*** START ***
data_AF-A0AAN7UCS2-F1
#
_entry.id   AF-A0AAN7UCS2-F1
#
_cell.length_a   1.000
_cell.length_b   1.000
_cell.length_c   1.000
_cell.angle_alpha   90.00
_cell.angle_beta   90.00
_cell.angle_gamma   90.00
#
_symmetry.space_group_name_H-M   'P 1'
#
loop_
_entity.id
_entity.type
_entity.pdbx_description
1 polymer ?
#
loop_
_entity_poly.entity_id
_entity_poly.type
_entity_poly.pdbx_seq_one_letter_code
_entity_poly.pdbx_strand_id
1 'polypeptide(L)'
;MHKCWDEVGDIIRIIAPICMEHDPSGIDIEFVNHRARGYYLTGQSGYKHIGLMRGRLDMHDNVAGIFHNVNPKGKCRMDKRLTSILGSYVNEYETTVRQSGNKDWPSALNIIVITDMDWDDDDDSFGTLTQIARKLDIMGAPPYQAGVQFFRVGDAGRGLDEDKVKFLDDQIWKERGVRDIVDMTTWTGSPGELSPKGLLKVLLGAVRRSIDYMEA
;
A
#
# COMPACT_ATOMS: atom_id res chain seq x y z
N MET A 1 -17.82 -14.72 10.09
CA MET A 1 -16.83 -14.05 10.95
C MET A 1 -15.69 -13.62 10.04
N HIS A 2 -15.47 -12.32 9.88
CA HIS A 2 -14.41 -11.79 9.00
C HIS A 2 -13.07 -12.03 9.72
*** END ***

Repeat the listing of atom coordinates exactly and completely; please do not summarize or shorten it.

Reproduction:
data_AF-A0AAN7UCS2-F1
#
_entry.id   AF-A0AAN7UCS2-F1
#
_cell.length_a   1.000
_cell.length_b   1.000
_cell.length_c   1.000
_cell.angle_alpha   90.00
_cell.angle_beta   90.00
_cell.angle_gamma   90.00
#
_symmetry.space_group_name_H-M   'P 1'
#
loop_
_entity.id
_entity.type
_entity.pdbx_description
1 polymer ?
#
loop_
_entity_poly.entity_id
_entity_poly.type
_entity_poly.pdbx_seq_one_letter_code
_entity_poly.pdbx_strand_id
1 'polypeptide(L)'
;MHKCWDEVGDIIRIIAPICMEHDPSGIDIEFVNHRARGYYLTGQSGYKHIGLMRGRLDMHDNVAGIFHNVNPKGKCRMDKRLTSILGSYVNEYETTVRQSGNKDWPSALNIIVITDMDWDDDDDSFGTLTQIARKLDIMGAPPYQAGVQFFRVGDAGRGLDEDKVKFLDDQIWKERGVRDIVDMTTWTGSPGELSPKGLLKVLLGAVRRSIDYMEA
;
A
#
# COMPACT_ATOMS: atom_id res chain seq x y z
N MET A 1 -17.82 -14.72 10.09
CA MET A 1 -16.83 -14.05 10.95
C MET A 1 -15.69 -13.62 10.04
N HIS A 2 -15.47 -12.32 9.88
CA HIS A 2 -14.41 -11.79 9.00
C HIS A 2 -13.07 -12.03 9.72